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October 30, 2012


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Tonya Roberts

Unfortunately, the deaths from addiction treatment are more common than are reported to the CDC. Many of these patients are also taking other presctibed drugs that may not have an effect on methadone but are reported as a poy drug death with no mention of methadone. SAMHSA does not require these deaths be reported although many states do. In the states that do require reporting, this is not being done and the few that are reported are NOT being investigated.
One of the problem with these clinics are that MANY provide substandard care. Many patients are started on methadone based only on a positive drug screen for opiates. There are federal and state guidelines in place to try and prevent these clinics from just being a supplier of drugs, but in many cases these are not being enforced. Many of the doctors working in these clinics do not understand the unique properties of methadone and this puts patients at an increased risk for death. Most deaths occur within the first two weeks of starting methadone. The risk of death during this time is up to 6.7 times higher than that of a heroin addict. Many of these clinics do not properly monitor and assess (vital signs, pupil checks, ect.) patients during this dangerous time . There are clinics that will continue to dose patients knowing that the patients are abusing other drugs that have lethal interactions with methadone.In fact SAMHSA (the federal agency that oversees these clinics) recommends this practice. Patients are not being assessed and monitored for signs of intoxication and sedation during the continued treatment with methadone. The federal guidelines do not require that a continued assessment (with vital signs, pupil checks ect.) be done after the first two weeks of induction. Many clinics are routinely starting all patients on a 30 mg dose even though SAMHSA has stated that this is NOT a safe dose for every patient. This has caused MANY deaths.Best Practices for methadone treatment needs to be updated to address these deaths.Should patients receive substandard care because they are being treated for a drug addiction? How many people have to die before we address these issues? www.stopmethadonedeaths.com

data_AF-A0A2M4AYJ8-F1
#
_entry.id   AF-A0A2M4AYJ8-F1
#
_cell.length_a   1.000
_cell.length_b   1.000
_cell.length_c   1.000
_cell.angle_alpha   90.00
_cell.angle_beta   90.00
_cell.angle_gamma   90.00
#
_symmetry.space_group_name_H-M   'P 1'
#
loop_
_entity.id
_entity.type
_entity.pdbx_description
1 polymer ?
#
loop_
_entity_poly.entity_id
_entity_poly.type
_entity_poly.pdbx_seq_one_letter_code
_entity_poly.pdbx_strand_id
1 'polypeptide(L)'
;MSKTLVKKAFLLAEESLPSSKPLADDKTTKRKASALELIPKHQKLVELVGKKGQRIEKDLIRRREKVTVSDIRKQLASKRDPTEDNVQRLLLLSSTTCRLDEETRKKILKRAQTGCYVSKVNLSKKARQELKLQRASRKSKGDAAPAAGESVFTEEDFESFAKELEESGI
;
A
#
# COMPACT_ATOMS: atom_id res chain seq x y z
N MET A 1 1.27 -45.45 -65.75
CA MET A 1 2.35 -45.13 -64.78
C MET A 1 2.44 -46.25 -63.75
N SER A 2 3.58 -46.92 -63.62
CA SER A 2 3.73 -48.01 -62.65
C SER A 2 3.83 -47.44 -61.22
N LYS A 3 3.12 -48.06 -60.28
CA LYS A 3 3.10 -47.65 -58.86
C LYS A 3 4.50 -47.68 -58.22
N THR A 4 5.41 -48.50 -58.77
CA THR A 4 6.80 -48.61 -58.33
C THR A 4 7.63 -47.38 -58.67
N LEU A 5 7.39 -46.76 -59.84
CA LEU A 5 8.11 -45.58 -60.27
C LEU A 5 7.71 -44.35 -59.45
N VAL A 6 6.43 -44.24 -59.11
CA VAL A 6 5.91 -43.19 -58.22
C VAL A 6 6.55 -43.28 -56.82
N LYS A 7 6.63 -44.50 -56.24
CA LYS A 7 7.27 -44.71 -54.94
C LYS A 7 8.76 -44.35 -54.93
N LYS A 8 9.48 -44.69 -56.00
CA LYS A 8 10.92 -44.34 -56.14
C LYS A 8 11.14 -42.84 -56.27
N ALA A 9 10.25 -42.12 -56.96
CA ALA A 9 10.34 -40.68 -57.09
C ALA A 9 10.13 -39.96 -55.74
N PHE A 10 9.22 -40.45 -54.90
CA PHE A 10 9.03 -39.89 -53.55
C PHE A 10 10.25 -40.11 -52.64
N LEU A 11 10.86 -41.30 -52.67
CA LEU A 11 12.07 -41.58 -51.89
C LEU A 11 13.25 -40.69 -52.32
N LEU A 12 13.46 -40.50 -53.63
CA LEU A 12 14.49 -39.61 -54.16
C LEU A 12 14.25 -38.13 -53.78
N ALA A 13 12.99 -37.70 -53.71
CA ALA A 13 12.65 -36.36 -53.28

Joan Price

My sister was given methadone to treat a chronic pain condition. She became addicted, and couldn't stop taking it. She suffered major methadone withdrawal once she tried. I think there needs to be more regulation for these drugs. If the "cure" is worse than or equally as bad as the "disease," it's time we look for a new treatment.

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